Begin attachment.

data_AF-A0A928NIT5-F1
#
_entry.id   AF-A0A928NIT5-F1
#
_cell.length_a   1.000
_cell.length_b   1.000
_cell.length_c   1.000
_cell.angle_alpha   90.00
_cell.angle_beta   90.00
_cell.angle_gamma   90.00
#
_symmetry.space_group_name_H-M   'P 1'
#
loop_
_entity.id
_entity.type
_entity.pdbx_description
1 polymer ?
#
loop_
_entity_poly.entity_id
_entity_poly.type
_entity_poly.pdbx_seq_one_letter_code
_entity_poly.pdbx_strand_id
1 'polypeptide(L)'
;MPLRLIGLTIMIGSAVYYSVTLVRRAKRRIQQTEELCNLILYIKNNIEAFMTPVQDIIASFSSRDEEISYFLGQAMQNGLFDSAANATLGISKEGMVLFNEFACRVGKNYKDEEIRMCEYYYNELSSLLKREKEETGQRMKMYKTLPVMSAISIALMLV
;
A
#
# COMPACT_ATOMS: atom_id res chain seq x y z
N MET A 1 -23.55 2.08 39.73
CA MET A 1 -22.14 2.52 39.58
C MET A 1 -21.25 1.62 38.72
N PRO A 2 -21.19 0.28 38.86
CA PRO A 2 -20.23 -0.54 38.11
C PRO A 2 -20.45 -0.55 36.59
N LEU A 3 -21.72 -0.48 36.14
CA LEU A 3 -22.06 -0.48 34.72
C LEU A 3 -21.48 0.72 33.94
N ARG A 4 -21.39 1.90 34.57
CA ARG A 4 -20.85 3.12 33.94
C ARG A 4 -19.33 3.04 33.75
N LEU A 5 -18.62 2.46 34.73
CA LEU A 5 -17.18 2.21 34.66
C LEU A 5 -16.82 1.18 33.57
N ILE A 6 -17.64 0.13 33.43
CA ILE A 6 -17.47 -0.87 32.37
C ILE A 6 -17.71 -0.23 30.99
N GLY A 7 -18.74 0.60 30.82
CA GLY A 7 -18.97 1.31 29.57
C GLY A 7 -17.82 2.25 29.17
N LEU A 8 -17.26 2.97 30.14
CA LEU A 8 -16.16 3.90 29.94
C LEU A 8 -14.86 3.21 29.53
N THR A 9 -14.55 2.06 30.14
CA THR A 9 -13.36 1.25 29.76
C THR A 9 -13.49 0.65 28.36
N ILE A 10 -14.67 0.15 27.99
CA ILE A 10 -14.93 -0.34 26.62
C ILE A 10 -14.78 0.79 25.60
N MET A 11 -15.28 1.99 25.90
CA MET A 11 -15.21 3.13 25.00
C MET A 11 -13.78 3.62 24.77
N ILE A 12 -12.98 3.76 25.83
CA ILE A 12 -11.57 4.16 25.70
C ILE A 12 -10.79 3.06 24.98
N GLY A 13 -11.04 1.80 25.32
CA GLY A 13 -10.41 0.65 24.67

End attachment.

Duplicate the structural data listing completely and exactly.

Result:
data_AF-A0A928NIT5-F1
#
_entry.id   AF-A0A928NIT5-F1
#
_cell.length_a   1.000
_cell.length_b   1.000
_cell.length_c   1.000
_cell.angle_alpha   90.00
_cell.angle_beta   90.00
_cell.angle_gamma   90.00
#
_symmetry.space_group_name_H-M   'P 1'
#
loop_
_entity.id
_entity.type
_entity.pdbx_description
1 polymer ?
#
loop_
_entity_poly.entity_id
_entity_poly.type
_entity_poly.pdbx_seq_one_letter_code
_entity_poly.pdbx_strand_id
1 'polypeptide(L)'
;MPLRLIGLTIMIGSAVYYSVTLVRRAKRRIQQTEELCNLILYIKNNIEAFMTPVQDIIASFSSRDEEISYFLGQAMQNGLFDSAANATLGISKEGMVLFNEFACRVGKNYKDEEIRMCEYYYNELSSLLKREKEETGQRMKMYKTLPVMSAISIALMLV
;
A
#
# COMPACT_ATOMS: atom_id res chain seq x y z
N MET A 1 -23.55 2.08 39.73
CA MET A 1 -22.14 2.52 39.58
C MET A 1 -21.25 1.62 38.72
N PRO A 2 -21.19 0.28 38.86
CA PRO A 2 -20.23 -0.54 38.11
C PRO A 2 -20.45 -0.55 36.59
N LEU A 3 -21.72 -0.48 36.14
CA LEU A 3 -22.06 -0.48 34.72
C LEU A 3 -21.48 0.72 33.94
N ARG A 4 -21.39 1.90 34.57
CA ARG A 4 -20.85 3.12 33.94
C ARG A 4 -19.33 3.04 33.75
N LEU A 5 -18.62 2.46 34.73
CA LEU A 5 -17.18 2.21 34.66
C LEU A 5 -16.82 1.18 33.57
N ILE A 6 -17.64 0.13 33.43
CA ILE A 6 -17.47 -0.87 32.37
C ILE A 6 -17.71 -0.23 30.99
N GLY A 7 -18.74 0.60 30.82
CA GLY A 7 -18.97 1.31 29.57
C GLY A 7 -17.82 2.25 29.17
N LEU A 8 -17.26 2.97 30.14
CA LEU A 8 -16.16 3.90 29.94
C LEU A 8 -14.86 3.21 29.53
N THR A 9 -14.55 2.06 30.14
CA THR A 9 -13.36 1.25 29.76
C THR A 9 -13.49 0.65 28.36
N ILE A 10 -14.67 0.15 27.99
CA ILE A 10 -14.93 -0.34 26.62
C ILE A 10 -14.78 0.79 25.60
N MET A 11 -15.28 1.99 25.90
CA MET A 11 -15.21 3.13 25.00
C MET A 11 -13.78 3.62 24.77
N ILE A 12 -12.98 3.76 25.83
CA ILE A 12 -11.57 4.16 25.70
C ILE A 12 -10.79 3.06 24.98
N GLY A 13 -11.04 1.80 25.32
CA GLY A 13 -10.41 0.65 24.67